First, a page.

Across the River and into the Trees (1)
by E. Hemingway
Love is all we need
In the spirit of the message at Givenchy’s SS 2016 fashion show in New York "Love Is All We Need", this book has convinced me that love is indeed really all and the only thing that counts in life.
Haven’t read Hemingway since high school and picked this book up coincidently at an old book store at Piccadilly where I always stop by when I’m in London. And I will for sure now read more of him. Reading the comments on the book amused me. The majority of them are based on comparisons to his previous works. Therefore I consider myself lucky to have buried myself in this great love story unprejudiced.
A slight cynicism in the telling of a dying American colonel pours into the melancholy sadness of his feelings for a young girl. Many can see in this story mostly an older man, surviving the Second World War, who in the desire for immortality falls in love with a (too)young girl; today a very common subject. Not at all! Each reader should not ignore the deeper message of the relationship developed between the two.
“How could she love a sad son of a bitch like me?
He did not know, among other things, that the girl loved him because he had never been sad one waking morning of his life, attack or no attack. He had experienced anguish and sorrow. But he had never been sad in the morning. They make almost none like that. And the girl, although she was a young girl, knew one, when she saw one.“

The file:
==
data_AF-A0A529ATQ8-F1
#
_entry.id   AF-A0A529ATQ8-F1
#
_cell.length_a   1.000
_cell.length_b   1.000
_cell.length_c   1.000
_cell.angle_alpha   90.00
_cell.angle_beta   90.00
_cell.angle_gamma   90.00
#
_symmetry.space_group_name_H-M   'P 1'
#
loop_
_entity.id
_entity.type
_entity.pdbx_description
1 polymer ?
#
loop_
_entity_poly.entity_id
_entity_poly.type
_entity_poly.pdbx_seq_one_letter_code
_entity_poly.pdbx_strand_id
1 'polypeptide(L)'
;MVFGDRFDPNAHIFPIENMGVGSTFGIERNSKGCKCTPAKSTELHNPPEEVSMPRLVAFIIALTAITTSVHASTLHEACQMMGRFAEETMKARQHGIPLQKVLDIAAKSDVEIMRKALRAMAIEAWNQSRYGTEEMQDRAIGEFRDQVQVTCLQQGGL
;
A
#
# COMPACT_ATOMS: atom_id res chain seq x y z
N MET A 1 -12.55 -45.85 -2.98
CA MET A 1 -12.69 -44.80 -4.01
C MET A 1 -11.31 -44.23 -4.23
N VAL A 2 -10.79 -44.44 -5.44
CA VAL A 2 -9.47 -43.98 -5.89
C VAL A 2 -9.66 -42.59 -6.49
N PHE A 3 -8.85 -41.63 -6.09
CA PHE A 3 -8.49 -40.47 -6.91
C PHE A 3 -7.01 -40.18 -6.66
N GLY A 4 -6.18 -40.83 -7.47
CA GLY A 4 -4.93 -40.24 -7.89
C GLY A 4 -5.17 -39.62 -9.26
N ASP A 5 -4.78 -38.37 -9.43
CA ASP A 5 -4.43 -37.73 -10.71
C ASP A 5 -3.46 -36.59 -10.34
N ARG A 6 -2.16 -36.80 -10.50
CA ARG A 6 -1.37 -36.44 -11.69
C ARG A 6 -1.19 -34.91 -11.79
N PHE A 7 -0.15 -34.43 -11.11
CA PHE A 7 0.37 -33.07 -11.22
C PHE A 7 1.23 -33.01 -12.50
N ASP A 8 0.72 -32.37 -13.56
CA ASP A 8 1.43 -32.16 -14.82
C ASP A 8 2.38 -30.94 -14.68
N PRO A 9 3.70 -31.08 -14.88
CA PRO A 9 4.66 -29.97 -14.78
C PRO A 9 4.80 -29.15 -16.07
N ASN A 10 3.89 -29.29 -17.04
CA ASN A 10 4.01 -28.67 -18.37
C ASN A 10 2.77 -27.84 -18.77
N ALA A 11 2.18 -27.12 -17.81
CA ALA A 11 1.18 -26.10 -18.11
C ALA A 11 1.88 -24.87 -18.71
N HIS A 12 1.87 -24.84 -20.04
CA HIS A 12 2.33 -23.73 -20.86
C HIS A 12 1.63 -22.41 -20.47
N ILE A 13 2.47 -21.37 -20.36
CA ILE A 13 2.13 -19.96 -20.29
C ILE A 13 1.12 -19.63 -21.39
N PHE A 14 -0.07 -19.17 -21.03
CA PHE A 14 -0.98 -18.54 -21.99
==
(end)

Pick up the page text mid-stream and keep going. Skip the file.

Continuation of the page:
The physical and psychological injuries to Richard, a "beat-up old bastard" as he calls himself, demand unconditional, selfless feelings, and who could be better to stand for him than someone without the weight of years, without prejudice, without a selfish view of the world. Someone who will finally be a counterweight to all the frustration, guilt and unjust devastation he carries as a war burden.
The winter bora and the smell of snow blown by the wind from the Alps to Venice, where the story takes place, make us feel the tragedy of lost opportunities and the upcoming end much more authentically. Despite this, humor is always present to make you smile:
“Look Daughter, there isn’t anything to say. They didn’t install shock absorbers in this vehicle we ride in now.“
“I’d better just give her my love. But how the hell do you send it? And how do you keep it fresh? They can’t pack it in dry ice…“
“If you ever fight, then you must win it. That’s all that counts. No horse named Morbid ever won a race.“
To be continued… part 2